When I last sat on the all-party Select Committee on Economic Affairs of the House of Lords, we reviewed HS2, the high speed railway connecting the North and South of England. After taking evidence we were all agreed that this project would never make an economic return. We proposed it should be scrapped. Why, you may ask, is it still then going ahead? I believe it is a response to the public’s new expectations. It is more than a public sector transport infrastructure project: it is a symbol of the attempt to reduce regional disparities and create opportunity for enterprise throughout the UK.
The levelling up agenda is an attempt to tackle inequality. In education and training, it is about greater public provision, not for universities, other than for scientific research and IT, but the need for greater resources for schools, further education colleges, skills training and apprenticeships.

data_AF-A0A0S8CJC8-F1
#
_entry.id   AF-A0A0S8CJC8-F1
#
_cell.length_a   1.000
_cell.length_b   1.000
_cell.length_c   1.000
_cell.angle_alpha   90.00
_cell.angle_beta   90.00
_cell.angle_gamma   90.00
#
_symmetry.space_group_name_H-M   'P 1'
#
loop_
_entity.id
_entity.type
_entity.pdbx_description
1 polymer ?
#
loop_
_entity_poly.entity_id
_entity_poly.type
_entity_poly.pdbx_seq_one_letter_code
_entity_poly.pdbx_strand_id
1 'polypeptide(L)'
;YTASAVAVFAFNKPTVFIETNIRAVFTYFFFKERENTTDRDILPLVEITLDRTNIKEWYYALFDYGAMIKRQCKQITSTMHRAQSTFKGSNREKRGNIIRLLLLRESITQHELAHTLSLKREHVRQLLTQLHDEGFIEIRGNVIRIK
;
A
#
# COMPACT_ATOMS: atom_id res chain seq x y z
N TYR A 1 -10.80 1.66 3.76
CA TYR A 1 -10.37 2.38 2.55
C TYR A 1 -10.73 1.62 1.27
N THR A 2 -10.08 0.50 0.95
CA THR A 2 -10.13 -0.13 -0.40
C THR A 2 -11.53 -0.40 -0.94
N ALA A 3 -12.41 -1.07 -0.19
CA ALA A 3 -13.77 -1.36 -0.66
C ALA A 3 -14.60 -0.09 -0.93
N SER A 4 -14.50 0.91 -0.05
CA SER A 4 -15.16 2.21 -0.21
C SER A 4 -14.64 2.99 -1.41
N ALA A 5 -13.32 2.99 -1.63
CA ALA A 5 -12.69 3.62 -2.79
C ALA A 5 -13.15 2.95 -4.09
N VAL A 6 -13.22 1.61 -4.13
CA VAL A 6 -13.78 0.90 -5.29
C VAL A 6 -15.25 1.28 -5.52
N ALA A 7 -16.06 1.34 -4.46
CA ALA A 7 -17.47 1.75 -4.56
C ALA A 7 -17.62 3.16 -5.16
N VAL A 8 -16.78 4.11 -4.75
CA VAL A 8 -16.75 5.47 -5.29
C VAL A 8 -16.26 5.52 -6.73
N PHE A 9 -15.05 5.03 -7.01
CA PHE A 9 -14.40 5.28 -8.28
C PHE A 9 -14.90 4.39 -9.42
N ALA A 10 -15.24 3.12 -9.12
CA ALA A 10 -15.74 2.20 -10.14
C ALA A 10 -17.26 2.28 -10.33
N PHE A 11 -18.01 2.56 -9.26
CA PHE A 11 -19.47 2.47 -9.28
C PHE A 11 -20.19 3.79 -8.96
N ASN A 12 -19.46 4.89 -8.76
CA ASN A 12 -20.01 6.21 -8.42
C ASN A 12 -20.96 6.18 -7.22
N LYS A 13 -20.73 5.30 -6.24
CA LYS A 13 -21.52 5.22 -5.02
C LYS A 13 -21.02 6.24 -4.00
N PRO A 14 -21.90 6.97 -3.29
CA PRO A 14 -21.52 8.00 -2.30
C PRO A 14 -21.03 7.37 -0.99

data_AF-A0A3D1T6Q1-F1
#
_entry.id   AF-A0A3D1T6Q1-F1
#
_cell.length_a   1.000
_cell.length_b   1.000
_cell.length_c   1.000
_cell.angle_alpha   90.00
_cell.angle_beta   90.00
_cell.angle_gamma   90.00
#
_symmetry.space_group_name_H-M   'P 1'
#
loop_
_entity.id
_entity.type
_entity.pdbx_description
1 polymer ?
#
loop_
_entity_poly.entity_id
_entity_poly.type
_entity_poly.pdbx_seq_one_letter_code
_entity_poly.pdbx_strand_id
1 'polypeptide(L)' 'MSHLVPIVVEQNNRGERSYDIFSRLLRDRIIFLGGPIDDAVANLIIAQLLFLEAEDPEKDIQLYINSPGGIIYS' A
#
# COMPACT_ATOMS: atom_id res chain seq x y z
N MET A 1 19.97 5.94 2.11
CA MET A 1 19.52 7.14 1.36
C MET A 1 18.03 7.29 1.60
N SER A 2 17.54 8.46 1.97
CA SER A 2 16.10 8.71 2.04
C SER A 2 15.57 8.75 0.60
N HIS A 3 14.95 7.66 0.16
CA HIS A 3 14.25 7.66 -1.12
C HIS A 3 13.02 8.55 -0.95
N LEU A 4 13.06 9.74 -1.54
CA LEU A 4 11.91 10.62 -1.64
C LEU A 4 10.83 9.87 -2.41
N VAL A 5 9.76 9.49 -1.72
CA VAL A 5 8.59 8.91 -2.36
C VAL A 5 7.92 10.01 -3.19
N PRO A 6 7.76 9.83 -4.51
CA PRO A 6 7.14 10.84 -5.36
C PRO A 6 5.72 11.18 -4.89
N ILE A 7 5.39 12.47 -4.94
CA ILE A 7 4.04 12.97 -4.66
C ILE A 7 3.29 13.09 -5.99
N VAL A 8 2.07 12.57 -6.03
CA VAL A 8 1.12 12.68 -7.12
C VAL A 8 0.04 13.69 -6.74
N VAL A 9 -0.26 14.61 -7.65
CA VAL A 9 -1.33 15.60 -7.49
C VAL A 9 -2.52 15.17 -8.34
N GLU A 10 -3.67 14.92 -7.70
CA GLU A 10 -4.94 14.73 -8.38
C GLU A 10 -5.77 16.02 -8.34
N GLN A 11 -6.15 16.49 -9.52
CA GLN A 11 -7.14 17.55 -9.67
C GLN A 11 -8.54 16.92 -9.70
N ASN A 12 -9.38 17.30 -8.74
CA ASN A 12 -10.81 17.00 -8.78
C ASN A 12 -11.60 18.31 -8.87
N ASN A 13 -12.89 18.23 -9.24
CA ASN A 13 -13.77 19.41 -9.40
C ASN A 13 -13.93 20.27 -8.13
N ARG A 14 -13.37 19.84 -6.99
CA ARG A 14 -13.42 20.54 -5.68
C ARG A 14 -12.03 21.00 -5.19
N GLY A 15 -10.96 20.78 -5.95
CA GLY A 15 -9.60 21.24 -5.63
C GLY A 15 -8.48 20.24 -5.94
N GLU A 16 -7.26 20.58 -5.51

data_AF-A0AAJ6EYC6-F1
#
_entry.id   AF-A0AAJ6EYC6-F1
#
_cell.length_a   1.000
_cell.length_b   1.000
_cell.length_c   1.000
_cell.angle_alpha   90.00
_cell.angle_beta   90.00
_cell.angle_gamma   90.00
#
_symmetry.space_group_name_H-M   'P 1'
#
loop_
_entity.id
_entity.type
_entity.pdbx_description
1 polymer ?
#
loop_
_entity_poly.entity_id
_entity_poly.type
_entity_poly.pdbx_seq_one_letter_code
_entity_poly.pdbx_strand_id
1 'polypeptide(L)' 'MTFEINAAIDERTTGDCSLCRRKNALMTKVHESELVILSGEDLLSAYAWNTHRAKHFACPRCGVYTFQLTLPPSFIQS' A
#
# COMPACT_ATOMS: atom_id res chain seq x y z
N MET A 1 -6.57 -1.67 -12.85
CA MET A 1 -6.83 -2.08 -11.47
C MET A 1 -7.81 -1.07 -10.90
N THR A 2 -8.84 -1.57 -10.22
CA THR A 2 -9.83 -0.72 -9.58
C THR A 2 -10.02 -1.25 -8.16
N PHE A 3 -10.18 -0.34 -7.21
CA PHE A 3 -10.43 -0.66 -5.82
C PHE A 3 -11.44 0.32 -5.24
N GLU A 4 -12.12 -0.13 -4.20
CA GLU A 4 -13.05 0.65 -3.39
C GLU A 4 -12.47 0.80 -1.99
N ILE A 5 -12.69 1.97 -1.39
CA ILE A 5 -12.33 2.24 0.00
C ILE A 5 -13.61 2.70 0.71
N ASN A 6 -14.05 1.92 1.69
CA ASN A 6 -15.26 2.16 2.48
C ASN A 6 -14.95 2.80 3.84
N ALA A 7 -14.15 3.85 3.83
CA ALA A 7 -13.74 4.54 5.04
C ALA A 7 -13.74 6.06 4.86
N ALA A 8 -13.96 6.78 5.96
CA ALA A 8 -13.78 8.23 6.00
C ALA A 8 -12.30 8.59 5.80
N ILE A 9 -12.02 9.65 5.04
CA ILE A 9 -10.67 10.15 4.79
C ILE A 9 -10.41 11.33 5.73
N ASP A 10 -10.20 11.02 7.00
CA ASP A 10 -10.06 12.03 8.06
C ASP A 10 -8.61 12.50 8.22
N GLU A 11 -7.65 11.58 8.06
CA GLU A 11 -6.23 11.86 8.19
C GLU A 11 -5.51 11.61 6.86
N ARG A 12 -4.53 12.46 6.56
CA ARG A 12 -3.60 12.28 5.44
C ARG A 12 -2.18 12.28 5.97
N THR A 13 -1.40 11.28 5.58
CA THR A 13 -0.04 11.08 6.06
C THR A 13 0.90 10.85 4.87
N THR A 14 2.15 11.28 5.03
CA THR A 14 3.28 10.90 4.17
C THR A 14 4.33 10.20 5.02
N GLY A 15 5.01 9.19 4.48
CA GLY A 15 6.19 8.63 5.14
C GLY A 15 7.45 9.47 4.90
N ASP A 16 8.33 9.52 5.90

This demand for a fairer economic outcome is global. In the US, President Biden has embarked on a series of projects to renew infrastructure and to create a European-style welfare state. In Italy, Prime Minister Draghi is attempting to bolt on to the economic recovery structural changes in the Italian economy and the governance of the Italian state which create opportunity for wealth creation.
A third reason to be concerned over future inflation is the scale of the extraordinary fiscal stimulus which governments are now prepared to make.
Biden, Johnson and Draghi have recognised the political implications of the electorate’s changed expectations of governments. Not only have they spent unprecedented sums of money in response to the pandemic itself, but all are equally committed to enlarging the role of the state, increasing public spending as a proportion of GDP, tolerating large public sector deficits and higher taxes on income, wealth and business (though it is consumers and investors who ultimately pay).